Secrecy doesn't come naturally to journalists, but sometimes it is thrust upon us. Earlier this year, there was a room in The Guardian's offices in London that nobody could enter alone. On a table outside by a security guard was a tidy collection of phones and other devices; nothing electronic was allowed. Inside were a coffee maker, a shredder, some paper and a few computers. All were brand new; none had ever been connected to the Internet. None ran Microsoft Windows. All were encrypted; each required two passwords, held by different people.

This is where the biggest news stories of this year lived — away from the Internet. This was where The Guardian analysed the 'Snowden files' (classified documents released to the press by former US National Security Agency (NSA) contractor Edward Snowden). These revealed, among other things, that the NSA and the United Kingdom's GCHQ were running enormous efforts to crack encrypted communications online, and that they had worked to undermine the strength of encryption standards such as that used — and recommended — by the US National Institute of Standards and Technology (NIST). (The computers sadly are no more — smashed in The Guardian basement on the orders of the British government.)

NIST's standard for random numbers used for cryptography, published in 2006, had been weakened by the NSA. Companies such as banks and financial institutions that rely on encryption to guarantee customer privacy depend on this standard. The nature of the subversions sounds abstruse: the random-number generator, the 'Dual EC DRBG' standard, had been hacked by the NSA so that its output would not be as random as it should have been. That might not sound like much, but if you are trying to break an encrypted message, the knowledge that it is hundreds or thousands of times weaker than advertised is a great encouragement.

It was, to be frank, a big deal. In the world's universities, computer scientists and mathematicians spend their careers trying to develop secure systems, and yet here was evidence of a systematic — and successful — attempt to undermine that work. Executives at companies such as Google, Yahoo, Facebook and Microsoft, which discovered that their internal networks were being tapped and their systems infiltrated, were furious. But a few isolated shouts of protest aside, the academic community has largely been silent.

That's disappointing. Academia is where we expect to hear the free flow of ideas and opinions. Yet it has been the commercial companies that have made the most noise — because the revelations threaten trust in their businesses. Don't academics also see the threat to open expression, and to the flow of dissident ideas from countries where people might fear that their communications are being tapped and, even if encrypted, cracked?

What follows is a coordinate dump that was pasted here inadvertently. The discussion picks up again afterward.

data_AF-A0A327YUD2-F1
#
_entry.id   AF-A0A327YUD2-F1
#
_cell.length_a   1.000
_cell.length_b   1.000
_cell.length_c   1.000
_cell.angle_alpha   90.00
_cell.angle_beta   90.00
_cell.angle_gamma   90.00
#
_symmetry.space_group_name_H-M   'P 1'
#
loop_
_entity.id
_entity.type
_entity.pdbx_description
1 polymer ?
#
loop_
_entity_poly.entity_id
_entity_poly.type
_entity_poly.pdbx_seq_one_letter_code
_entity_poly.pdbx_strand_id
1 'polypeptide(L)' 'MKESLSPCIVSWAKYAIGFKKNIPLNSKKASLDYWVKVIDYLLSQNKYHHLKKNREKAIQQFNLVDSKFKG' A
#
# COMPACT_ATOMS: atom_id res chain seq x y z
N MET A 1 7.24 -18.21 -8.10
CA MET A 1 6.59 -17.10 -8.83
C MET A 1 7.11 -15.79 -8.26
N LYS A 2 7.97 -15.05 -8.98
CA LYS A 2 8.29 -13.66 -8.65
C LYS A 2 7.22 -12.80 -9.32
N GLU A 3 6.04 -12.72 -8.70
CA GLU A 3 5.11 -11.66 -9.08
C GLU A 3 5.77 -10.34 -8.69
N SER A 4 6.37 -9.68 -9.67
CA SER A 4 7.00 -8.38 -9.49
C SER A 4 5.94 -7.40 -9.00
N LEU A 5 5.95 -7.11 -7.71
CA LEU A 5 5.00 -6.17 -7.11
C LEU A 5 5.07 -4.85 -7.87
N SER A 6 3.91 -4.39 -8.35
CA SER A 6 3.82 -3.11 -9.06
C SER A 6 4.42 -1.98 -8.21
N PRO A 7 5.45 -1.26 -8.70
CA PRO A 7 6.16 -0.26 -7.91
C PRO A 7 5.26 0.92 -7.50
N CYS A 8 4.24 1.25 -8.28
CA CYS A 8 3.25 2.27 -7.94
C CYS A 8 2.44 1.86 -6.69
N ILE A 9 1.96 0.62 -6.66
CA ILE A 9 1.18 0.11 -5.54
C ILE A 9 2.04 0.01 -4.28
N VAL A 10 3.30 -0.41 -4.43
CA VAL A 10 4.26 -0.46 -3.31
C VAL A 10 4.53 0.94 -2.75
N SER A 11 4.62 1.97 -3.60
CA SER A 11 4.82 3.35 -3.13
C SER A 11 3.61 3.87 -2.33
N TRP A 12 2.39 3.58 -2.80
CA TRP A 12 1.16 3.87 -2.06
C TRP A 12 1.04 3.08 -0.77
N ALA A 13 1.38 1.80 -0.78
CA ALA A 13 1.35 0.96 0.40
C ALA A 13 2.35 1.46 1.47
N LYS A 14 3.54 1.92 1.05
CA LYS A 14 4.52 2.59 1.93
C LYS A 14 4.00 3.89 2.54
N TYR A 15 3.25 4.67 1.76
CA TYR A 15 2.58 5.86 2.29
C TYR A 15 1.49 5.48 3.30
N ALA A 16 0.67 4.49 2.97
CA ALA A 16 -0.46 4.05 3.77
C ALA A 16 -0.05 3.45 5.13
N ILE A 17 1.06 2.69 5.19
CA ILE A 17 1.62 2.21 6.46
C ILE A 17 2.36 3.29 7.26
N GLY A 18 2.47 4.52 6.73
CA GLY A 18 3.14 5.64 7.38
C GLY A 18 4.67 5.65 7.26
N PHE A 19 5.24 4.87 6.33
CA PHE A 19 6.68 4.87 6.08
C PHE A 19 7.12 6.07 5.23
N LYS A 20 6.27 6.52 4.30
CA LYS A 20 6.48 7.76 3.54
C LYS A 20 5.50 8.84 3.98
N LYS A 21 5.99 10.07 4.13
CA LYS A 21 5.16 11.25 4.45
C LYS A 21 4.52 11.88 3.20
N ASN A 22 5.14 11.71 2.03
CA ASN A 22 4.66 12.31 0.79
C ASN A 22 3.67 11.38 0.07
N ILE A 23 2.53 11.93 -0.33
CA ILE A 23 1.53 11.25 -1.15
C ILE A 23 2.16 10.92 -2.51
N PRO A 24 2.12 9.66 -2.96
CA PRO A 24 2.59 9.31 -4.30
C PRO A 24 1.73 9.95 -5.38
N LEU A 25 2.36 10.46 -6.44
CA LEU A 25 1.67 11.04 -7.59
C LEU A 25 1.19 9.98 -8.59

Academics in cryptography and security should make themselves a promise: 'we won't get fooled again.'

Some get it. Ross Anderson, a security researcher at the University of Cambridge, UK, has been highly critical and outspoken. When I spoke to him in September, soon after the NIST revelation, he called it “a wake-up call for a lot of people” and added: “This has been a 9/11 moment for the community, and it's great that some people are beginning to wake up.”

Kenneth White, principal scientist at health-information company Social & Scientific Systems in Silver Spring, Maryland, says: “Just a year ago, such a story would have been derogated by most of my colleagues as unwarranted suspicion at best and outright paranoia at worst. But here we are.”

Anderson has an explanation for the muted response: he says that a number of British university departments have been quietly coerced by the GCHQ. The intelligence-gathering agency has a substantial budget, and ropes in academics by offering access to funds that ensures their silence on sensitive matters, Anderson says. (If that sounds like paranoia, then see above.)

I have not been able to confirm his claims, but what are the alternatives? One is that the academics are simply too busy going back over their own work looking to see if they agree with the claimed weaknesses. The other is that they simply don't care enough.

For those who do care, White and Matthew Green, who teaches cryptography at Johns Hopkins University in Baltimore, Maryland, have embarked on an ambitious effort to clean up the mess — one that needs help.

They have created a non-profit organization called, which aims to recruit experts to provide technical assistance for security projects in the public interest, especially open-source security software. A similar effort initiated by White and Green is checking the open-source software called TrueCrypt, which is widely used to lock down hard drives during foreign travel (see

Concerns over the security of the NIST Dual EC DRBG standard were raised in 2007, but too few academics spoke out then. The events of 2013 must make them rethink. Cryptography rarely reaches the headlines, but now it has done so for all the wrong reasons. For 2014, academics working in cryptography and security should make themselves a promise: 'We won't get fooled again.' And most of all, 'We won't go down quietly.'

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Charles Arthur